Lack of specialized medical equipment is costing lives
A 17-year old girl whose single kidney was failing recently died because the dialysis equipment needed to treat her, and which is only available in Butare, was not ready in time. Even if doctors doubt that the treatment could have saved her, it shows how lack of specialized medical equipment, and the enormous cost of its use, is costing lives.
The girl (whose name the doctors did not give in accordance with their ethical code) first reported to CHK last September, complaining of severe abdominal pain, with her belly being abnormally swollen, CHK director Theobald Hategekimana explains.
When doctors were not able to determine the cause of the illness through regular tests, the girl was submitted to more advanced tests including echography and a scanner. Yet even those were not conclusive, although they indicated that the abdominal mass was located either on her ovaries, her intestines or her kidneys.
Given that the girl’s pain was going from bad to worse, the doctors decided to operate on her in order to ease the pain and in the process discover the actual cause of her illness.
During the operation, a huge quantity of water was removed from her abdomen, and the surgeon discovered that the abdominal mass was actually the girl’s only (left) kidney. It was concluded that the 17-year old was born with only her left kidney, and although she had been able to live normally, the kidney had now become infected and was starting to fail.
Aimé Rurangwa, the surgeon who operated the girl, explains that after consulting with other medical staff, it was thought best to send her to Butare for dialysis (a medical treatment that removes waste substances from the blood of someone whose kidneys are not working properly).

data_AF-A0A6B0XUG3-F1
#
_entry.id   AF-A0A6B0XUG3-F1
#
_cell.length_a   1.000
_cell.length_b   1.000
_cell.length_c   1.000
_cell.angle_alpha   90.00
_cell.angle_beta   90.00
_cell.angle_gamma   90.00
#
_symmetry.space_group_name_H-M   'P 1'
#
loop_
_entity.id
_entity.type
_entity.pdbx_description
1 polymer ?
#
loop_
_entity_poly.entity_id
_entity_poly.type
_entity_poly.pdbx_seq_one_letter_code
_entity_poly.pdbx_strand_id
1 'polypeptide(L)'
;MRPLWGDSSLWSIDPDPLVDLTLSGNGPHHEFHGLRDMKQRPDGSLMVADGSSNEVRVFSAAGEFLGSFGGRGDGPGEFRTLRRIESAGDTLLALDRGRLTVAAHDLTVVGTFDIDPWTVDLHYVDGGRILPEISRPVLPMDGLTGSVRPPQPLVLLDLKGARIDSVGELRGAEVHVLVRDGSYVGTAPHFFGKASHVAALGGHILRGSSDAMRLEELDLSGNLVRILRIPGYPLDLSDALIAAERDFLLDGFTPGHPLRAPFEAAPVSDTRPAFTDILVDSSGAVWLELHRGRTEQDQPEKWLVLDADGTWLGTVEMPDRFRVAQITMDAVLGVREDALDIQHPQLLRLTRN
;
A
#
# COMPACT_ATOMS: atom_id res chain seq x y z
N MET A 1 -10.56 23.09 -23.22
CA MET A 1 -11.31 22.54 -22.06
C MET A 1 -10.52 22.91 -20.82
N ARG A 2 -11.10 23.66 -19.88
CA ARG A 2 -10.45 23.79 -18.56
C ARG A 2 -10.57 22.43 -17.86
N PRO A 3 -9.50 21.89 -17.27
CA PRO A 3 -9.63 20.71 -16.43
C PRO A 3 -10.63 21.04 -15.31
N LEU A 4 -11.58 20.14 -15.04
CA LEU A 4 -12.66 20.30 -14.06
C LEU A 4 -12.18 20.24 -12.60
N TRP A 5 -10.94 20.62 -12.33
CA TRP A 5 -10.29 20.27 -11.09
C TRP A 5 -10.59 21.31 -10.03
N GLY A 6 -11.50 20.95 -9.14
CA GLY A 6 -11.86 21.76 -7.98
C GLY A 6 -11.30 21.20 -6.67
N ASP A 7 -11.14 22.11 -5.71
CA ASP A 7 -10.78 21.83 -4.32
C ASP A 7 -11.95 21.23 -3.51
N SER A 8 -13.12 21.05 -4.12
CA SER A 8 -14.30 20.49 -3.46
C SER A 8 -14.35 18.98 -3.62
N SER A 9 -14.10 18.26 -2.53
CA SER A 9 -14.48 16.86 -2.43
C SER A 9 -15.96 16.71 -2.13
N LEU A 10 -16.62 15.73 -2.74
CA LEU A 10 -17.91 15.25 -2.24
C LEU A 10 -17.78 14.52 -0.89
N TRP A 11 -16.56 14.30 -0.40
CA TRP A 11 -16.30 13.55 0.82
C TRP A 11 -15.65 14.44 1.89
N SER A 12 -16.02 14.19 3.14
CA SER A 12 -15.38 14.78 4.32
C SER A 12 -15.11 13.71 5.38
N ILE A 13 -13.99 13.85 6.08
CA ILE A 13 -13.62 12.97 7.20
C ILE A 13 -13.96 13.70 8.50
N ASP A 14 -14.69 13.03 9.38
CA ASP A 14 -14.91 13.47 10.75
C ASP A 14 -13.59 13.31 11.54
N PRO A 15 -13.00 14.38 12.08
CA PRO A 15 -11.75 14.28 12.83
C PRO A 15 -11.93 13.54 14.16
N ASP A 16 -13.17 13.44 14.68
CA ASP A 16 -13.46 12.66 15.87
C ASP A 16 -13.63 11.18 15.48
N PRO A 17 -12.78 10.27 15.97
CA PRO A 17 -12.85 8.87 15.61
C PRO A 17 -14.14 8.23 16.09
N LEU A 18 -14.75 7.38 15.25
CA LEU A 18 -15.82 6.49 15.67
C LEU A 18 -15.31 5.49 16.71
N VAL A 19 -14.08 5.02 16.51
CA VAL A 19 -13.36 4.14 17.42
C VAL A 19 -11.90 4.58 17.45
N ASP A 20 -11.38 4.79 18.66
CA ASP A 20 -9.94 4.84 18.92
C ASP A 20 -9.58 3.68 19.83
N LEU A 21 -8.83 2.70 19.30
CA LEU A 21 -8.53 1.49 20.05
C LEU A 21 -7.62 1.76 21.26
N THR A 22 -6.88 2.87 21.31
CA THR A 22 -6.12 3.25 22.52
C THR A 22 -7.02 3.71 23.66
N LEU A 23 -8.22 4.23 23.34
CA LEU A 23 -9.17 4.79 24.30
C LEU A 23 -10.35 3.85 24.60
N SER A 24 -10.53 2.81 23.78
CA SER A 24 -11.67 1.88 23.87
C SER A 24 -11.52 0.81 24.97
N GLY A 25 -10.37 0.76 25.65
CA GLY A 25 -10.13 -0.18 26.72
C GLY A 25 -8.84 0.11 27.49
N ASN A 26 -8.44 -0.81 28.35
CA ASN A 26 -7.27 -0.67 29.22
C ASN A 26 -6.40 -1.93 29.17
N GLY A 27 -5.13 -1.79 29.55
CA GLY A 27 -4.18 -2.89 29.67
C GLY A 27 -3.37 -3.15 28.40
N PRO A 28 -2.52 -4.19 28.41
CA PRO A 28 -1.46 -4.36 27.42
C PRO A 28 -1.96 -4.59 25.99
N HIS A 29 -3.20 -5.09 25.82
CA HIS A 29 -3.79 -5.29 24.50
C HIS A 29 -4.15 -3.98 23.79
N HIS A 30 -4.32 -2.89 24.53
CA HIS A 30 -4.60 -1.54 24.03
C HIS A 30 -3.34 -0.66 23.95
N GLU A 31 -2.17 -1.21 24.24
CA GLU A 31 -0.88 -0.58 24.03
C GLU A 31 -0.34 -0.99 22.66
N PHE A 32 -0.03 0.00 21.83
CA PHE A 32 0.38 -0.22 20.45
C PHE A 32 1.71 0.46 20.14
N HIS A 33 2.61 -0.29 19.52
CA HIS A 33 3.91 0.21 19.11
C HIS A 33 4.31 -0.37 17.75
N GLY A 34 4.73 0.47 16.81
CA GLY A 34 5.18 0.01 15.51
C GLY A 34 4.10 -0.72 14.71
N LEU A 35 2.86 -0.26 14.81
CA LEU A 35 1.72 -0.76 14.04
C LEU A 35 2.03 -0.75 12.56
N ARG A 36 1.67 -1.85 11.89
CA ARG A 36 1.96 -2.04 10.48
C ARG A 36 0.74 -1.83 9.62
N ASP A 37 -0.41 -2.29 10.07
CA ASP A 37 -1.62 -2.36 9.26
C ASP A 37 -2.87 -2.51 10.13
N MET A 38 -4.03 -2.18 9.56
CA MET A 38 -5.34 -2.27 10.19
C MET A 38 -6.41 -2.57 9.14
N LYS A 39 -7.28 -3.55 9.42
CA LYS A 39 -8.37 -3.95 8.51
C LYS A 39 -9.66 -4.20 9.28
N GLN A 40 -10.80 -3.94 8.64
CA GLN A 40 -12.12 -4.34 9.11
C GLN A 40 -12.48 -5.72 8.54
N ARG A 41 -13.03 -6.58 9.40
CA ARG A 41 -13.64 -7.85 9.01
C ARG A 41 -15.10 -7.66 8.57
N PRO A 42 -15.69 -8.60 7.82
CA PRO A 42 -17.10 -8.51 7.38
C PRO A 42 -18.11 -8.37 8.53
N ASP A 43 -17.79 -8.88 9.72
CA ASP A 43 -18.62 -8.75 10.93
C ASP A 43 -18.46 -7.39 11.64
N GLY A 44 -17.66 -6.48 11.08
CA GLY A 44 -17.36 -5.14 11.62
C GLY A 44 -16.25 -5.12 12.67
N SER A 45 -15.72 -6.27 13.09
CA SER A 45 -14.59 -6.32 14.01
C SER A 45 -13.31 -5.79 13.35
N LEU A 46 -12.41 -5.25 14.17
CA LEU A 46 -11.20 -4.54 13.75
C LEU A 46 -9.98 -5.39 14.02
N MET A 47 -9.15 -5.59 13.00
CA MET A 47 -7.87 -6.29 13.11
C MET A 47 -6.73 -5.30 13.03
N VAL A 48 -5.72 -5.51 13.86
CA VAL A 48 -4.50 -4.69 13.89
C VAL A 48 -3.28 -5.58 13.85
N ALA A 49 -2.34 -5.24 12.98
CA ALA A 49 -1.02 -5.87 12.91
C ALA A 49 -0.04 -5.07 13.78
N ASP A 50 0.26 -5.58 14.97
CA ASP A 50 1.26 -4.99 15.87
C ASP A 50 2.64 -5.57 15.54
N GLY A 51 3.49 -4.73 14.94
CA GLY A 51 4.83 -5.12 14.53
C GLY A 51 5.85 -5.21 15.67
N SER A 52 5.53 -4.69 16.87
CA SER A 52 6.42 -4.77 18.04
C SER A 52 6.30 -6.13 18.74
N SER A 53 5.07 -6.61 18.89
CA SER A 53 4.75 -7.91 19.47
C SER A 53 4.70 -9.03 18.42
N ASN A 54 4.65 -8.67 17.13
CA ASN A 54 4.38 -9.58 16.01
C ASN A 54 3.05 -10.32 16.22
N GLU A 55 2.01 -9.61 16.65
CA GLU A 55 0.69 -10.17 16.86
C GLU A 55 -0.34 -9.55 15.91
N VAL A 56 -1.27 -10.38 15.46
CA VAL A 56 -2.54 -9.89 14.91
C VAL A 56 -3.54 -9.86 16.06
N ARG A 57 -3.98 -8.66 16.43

When the medical staff at Butare were informed by the CHK doctors about the urgent need for dialysis, given that the girl’s condition had become critical, they replied that it would take 10 days for the dialysis treatment to be ready. Thus, the doctors at CHK were forced to wait, as dialysis is the only treatment for kidney failure.
Tragically, when the girl finally arrived in Butare University hospital on January 18, she passed away while being prepared for the treatment.
Frw 750,000 per day
When the members of the medical team that had treated the girl were asked by Focus whether they had not been negligent, as has been alleged by some people, they denied this, pointing out that even if the girl had managed to get the dialysis on time, she would still had very slim chances of survival.
Martin Nyundo, one of the surgeons in the team, explains that in case she had managed to get the dialysis on time, it would still have been very expensive for her to continue this treatment until she finally got a kidney donor.
According to him, dialysis treatment costs as much as Frw 750,000 per day, and no one can be quite certain how long it might take to find a kidney donor. Obviously, this cost is too high for ordinary Rwandans.
“We did our best as a team to save this young girl, but it was too late and we are certainly not to blame for the delay of the of dialysis treatment,” concurs Eugene Rugwizangoga, another doctor.
He does not put the blame of what happened on anyone, but points out that many Rwandans do not go for regular medical check-ups, and only go for treatment when they are in a very bad condition, in which case it is often too late for the doctors to save them.
He agrees, however, that most specialized medical treatments in Rwanda are too expensive, which is shown by the fact that even at King Faisal Hospital patients sometime spend months and even years waiting for specialists from abroad to operate on them, and often patients die before specialized medical assistance can be given to them.